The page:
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Dollar weakens amid better than expected inflation readings

NBK MONEY MARKETS REPORT

KUWAIT: Producer prices in the US rose more than expected in April, increasing by 0.5 percent compared to a forecasted 0.3 percent rise. The increase was largely due to service prices, which jumped 0.6 percent, with increases in service costs such as portfolio management and hotel stays. This indicates that inflation remains high. The rise comes after surveys showed people expect inflation to increase, leading to less expectation of the Federal Reserve cutting interest rates in September.

While inflation rose in the first quarter due to factors like businesses raising prices and service providers catching up on increased costs, economists are hopeful it will go down again this quarter as the job market cools down. However, Federal Reserve Chair Jerome Powell is not as confident in this prediction. Financial markets reacted to the news with stocks rising, the dollar weakening, and bond prices increasing. The chance of a rate cut in September is now seen as 60 percent, down from 64 percent before the PPI data release. Some economists believe the Fed might even cut rates in July.

Fed Chair Powell speaks

With inflation running faster than anticipated through the first three months of the year, the US Chair of the Federal Reserve Jerome Powell acknowledged that “my confidence in that is not as high as it was,” but he still believes it is unlikely that the Fed would have to raise rates further, even if the likelihood of rate cuts has become less certain. “We did not expect this to be a smooth road, but these were higher than I think anybody expected” Powell added referring to recent inflation readings. Despite this, he gave a bullish outlook stating, “I expect that inflation will move back down ... on a monthly basis to levels that were more like the lower readings that we were having last year.” Markets are pricing in two rate cuts by year-end.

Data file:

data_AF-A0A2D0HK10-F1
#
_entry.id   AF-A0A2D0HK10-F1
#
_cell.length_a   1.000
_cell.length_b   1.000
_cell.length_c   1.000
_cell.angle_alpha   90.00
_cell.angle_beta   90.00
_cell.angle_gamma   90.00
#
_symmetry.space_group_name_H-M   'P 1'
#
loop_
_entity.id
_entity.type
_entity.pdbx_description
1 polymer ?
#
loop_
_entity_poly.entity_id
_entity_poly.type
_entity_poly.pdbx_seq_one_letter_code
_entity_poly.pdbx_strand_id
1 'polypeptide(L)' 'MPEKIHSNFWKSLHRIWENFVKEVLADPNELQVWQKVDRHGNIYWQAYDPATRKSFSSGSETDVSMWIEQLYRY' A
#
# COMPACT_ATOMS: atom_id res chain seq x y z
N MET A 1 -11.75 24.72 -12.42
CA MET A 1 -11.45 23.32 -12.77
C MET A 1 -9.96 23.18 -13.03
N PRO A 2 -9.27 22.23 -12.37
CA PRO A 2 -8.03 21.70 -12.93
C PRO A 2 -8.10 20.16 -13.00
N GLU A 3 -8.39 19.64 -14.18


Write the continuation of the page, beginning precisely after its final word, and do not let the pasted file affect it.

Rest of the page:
Consumer price index

US consumer price index increased less than expected in April, where the month-over-month figure showed a 0.3 percent increase, lower than the previous figure of 0.4 percent. The year-over-year figure showed a slight decrease from the previous 3.5 percent figure at 3.4 percent for the month. Core CPI was also slightly lower for the month at 0.3 percent, in line with expectations. The majority of the increase for the figure was attributed to shelter and gasoline costs, where shelter rose 0.4 percent for the third straight month, and gasoline rose 2.8 percent following a 1.7 percent increase in March.

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Retail sales

US retail sales was flat in April, with the month-over-month figure showing no change, well below expectations of a 0.4 percent increase, and below a downward revised 0.6 percent increase seen in March. The figure supports the narrative that consumer spending is losing momentum, with gasoline prices ticking higher, and consumers pulling back from spending on goods. Speculation for rate cuts continues to vary greatly among economists, while market expectations for rate cuts to begin in September increased slightly following the data release.